7⃣ Fran Villalba - 34.8#LTFC pic.twitter.com/R5RbXCzEGg
Luton have conceded 61 goals and a continuation of their current defensive record would see them ship more than any second-tier side in post-war history.
Jones must be held accountable for his failure to organise the team, but another huge factor is the goalkeeping situation.
Simon Sluga signed for Luton for a club record fee of €1.5 million – that is a huge proportion of possibly the Championship’s lowest transfer budget - but he has had a difficult six months in English football.
Sluga has made numerous costly errors, most notably in the 3-3 draw against Middlesbrough on opening night, in the 2-0 loss at Derby and 3-1 defeat at Nottingham Forest.
All those mistakes came at points at which the team, collectively, was playing well and so without them, they might have another six points and that the situation could look a touch brighter.
The Croat’s competitor, James Shea, has had the odd good performance but he has also often distributed poorly and conceded more goals per game than Sluga, so Jones’ dilemma has been unenviable.
Goalkeeper clean sheet percentage bottom 5:— EFL Analytics (@stats_smart) January 8, 2020
Simon Sluga - 0%
James Shea - 7.7%
Joe Lumley - 10%
Simon Radlinger - 13.3%
Darren Randolph - 14.3%
(10+ games played)(@fbref)#COYH #LTFC #QPR #Youreds #UTB pic.twitter.com/tnF9i0JHHq
Haven’t replaced full-backs
Jack Stacey and James Justin were hugely important to Luton’s promotion last season.
In a diamond system, with no wingers but only two centre-backs, it is imperative that the full-backs are both excellent going forward, flawless defensively as well as possessing of the pace and stamina to do both those things in quick succession.
Stacey and Justin did everything required of them, which meant Luton could stretch the play effectively and create space for the midfield quartet.
After the duo left, the Hatters signed four full-backs, without any of them proving a viable alternative to facilitate the diamond system that Jones has normally stuck to.
Martin Cranie, a centre-back by trade, is too defensive for the role, unless Callum McManaman plays ahead of him on the right flank as was the case on opening night.
Luke Bolton was not good enough for Wycombe in League One last season let alone Championship level, James Bree has been solid if unspectacular in open play and Galloway has only been able to play a combined 77 minutes of football.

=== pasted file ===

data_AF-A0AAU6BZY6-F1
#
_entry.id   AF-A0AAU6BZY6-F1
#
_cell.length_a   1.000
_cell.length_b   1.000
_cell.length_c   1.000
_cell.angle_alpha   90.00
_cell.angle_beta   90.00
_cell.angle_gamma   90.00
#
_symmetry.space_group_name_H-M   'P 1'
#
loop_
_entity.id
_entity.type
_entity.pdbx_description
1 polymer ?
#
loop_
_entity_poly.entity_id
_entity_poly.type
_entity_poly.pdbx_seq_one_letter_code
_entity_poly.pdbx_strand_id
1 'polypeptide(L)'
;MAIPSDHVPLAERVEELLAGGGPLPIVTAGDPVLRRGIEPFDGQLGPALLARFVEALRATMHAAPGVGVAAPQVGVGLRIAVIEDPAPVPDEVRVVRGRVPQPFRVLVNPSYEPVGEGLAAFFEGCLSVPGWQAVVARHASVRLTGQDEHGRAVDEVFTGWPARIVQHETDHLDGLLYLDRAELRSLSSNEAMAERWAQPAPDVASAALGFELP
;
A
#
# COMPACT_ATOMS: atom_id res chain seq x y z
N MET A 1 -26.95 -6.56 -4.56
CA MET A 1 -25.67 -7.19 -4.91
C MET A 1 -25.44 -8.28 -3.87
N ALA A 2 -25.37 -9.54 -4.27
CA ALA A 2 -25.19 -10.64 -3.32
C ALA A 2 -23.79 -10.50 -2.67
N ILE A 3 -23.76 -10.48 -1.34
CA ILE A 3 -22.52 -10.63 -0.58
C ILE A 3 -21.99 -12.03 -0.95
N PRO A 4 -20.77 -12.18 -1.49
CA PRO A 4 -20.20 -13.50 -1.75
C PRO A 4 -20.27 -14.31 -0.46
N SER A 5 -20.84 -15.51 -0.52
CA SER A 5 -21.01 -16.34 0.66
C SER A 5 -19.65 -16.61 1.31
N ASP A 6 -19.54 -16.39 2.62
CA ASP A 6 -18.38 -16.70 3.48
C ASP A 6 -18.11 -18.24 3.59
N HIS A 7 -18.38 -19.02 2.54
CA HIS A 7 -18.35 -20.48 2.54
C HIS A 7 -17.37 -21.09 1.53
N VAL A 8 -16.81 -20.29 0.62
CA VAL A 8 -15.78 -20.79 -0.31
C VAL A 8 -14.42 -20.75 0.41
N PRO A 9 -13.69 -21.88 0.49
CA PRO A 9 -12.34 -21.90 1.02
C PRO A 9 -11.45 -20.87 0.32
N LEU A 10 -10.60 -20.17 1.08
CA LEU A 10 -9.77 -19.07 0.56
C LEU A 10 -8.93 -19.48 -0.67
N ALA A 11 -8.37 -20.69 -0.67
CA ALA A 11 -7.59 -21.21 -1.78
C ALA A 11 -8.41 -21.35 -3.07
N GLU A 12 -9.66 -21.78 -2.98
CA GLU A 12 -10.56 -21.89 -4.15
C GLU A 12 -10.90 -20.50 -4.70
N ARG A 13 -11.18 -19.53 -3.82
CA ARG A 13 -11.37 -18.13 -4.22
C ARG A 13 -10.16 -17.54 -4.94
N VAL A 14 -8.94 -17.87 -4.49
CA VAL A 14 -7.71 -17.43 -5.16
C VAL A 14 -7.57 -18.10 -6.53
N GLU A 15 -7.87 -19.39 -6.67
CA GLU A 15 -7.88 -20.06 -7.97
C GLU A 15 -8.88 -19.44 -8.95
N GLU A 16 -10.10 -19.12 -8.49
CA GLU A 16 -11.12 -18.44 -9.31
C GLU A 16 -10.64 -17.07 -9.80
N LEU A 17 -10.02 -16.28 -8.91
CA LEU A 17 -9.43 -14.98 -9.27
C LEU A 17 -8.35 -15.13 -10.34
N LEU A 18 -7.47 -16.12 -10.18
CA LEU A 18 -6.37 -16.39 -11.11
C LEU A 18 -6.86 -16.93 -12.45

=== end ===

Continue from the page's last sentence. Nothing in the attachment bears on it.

Attacking right-back Peter Kioso, cousin of M’Panzu, has this month signed from Hartlepool to address this problem – Kioso is very highly rated in the north-east.
It is though, hard to see a National League player making an instant impact three divisions higher, so it feels like a signing geared towards preparation for a return to League One.
Can Jones and Luton work out?
Jones is a highly respected coach in the game.
He has been a trusted assistant of Roberto Martinez, with whom he inspired Swansea’s late-noughties rise, Wigan’s odds-defying miracles and Everton’s Champions League challenge.
He then worked alongside Martinez and Thierry Henry with Belgium, coaching the likes of Toby Alderweireld, Kevin De Bruyne and Eden Hazard – nobody can do those things without having one of the brightest minds in the game.
Equally, Jones’ success as a coach does not necessarily translate into success as a manager – and it could be that the 49-year-old has had difficulty adjusting to slightly different requirements.
Then again, if the Gateshead-born gaffer had his CV in the game and had already proven himself as a manager, there is little chance that Luton would have attracted him in the first place.
Plus, Jones was given a three-year contract when appointed in the summer and that likely means a lot of money to pay off just a sixth of the way into the deal, especially while the club is paying for a new stadium.
He has shown enough potential as a coach - and has inherited enough problems at Luton as a manager - that it may be that the hierarchy are prepared to back him come what may and judge him next season, even if that happens to take place in League One.
Currently, though, that strategy would not be universally popular with natives nor likely to alter the dynamics of their existing campaign.